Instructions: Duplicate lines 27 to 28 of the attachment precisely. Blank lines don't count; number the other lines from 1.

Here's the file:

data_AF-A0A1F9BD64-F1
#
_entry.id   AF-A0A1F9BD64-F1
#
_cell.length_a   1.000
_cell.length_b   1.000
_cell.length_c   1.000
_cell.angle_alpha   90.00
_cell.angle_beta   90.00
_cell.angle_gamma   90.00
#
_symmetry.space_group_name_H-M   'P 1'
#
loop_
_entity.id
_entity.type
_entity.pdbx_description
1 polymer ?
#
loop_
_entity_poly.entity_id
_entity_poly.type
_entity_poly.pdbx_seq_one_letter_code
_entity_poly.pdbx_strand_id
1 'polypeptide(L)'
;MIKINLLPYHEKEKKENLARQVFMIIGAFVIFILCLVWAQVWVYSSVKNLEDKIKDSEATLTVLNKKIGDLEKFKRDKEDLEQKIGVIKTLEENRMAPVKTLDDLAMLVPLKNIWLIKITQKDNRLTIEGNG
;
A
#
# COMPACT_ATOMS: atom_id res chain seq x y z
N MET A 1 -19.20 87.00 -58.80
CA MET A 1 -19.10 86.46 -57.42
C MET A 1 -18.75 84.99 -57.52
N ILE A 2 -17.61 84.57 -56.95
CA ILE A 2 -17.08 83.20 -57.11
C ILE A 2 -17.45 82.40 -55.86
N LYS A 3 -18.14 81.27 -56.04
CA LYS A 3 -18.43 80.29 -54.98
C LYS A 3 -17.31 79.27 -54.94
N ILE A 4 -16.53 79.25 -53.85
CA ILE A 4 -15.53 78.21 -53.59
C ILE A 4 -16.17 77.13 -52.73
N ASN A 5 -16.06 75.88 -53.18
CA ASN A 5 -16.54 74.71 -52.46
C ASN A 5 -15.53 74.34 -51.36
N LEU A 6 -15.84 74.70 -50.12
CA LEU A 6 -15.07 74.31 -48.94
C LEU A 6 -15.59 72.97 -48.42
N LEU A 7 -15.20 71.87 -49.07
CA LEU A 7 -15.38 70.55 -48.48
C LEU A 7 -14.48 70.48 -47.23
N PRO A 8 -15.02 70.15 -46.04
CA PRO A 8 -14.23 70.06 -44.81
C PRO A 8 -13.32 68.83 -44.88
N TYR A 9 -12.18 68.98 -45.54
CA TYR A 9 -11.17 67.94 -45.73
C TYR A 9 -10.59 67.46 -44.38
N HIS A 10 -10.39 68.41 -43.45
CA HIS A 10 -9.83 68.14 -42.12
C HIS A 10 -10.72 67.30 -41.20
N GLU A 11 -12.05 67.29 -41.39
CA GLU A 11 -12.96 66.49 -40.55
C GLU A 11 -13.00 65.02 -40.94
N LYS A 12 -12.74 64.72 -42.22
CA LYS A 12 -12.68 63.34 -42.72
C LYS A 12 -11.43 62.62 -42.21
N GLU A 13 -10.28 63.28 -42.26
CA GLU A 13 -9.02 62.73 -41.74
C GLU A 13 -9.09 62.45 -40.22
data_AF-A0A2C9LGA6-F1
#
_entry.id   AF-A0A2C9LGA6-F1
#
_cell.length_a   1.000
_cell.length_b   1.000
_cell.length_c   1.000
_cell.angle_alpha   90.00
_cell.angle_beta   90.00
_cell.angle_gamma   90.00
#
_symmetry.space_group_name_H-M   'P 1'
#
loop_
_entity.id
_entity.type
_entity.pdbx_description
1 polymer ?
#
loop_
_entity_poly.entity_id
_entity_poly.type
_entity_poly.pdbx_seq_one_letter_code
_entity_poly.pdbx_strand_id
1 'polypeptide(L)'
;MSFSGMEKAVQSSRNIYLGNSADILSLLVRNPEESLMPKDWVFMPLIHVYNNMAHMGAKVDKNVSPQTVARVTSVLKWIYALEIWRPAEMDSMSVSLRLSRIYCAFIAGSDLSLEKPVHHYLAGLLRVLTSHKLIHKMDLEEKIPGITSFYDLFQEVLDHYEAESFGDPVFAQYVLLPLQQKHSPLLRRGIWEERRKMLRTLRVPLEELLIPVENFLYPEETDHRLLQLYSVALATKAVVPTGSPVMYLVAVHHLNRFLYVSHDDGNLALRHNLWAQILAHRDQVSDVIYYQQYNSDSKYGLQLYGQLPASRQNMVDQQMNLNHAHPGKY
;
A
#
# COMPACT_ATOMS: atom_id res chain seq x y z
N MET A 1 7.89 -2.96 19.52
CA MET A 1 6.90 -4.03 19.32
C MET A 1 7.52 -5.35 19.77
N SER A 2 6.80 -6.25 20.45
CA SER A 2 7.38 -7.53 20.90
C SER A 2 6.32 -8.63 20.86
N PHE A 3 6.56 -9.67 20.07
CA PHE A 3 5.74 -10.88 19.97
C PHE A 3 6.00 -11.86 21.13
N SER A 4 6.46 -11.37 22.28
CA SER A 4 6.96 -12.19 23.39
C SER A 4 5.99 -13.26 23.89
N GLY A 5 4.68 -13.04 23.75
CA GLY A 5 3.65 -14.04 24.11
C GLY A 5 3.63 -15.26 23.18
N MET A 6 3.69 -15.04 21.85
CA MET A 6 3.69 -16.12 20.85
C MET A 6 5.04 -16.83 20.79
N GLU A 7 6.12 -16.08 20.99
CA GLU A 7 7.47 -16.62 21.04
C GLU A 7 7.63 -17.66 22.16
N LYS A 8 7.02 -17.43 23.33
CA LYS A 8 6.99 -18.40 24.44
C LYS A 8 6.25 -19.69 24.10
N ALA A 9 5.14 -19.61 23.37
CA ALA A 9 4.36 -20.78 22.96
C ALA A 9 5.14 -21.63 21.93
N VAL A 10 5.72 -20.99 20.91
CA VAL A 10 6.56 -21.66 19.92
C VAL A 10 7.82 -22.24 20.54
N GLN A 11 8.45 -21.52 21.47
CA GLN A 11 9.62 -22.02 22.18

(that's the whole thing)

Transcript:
;
A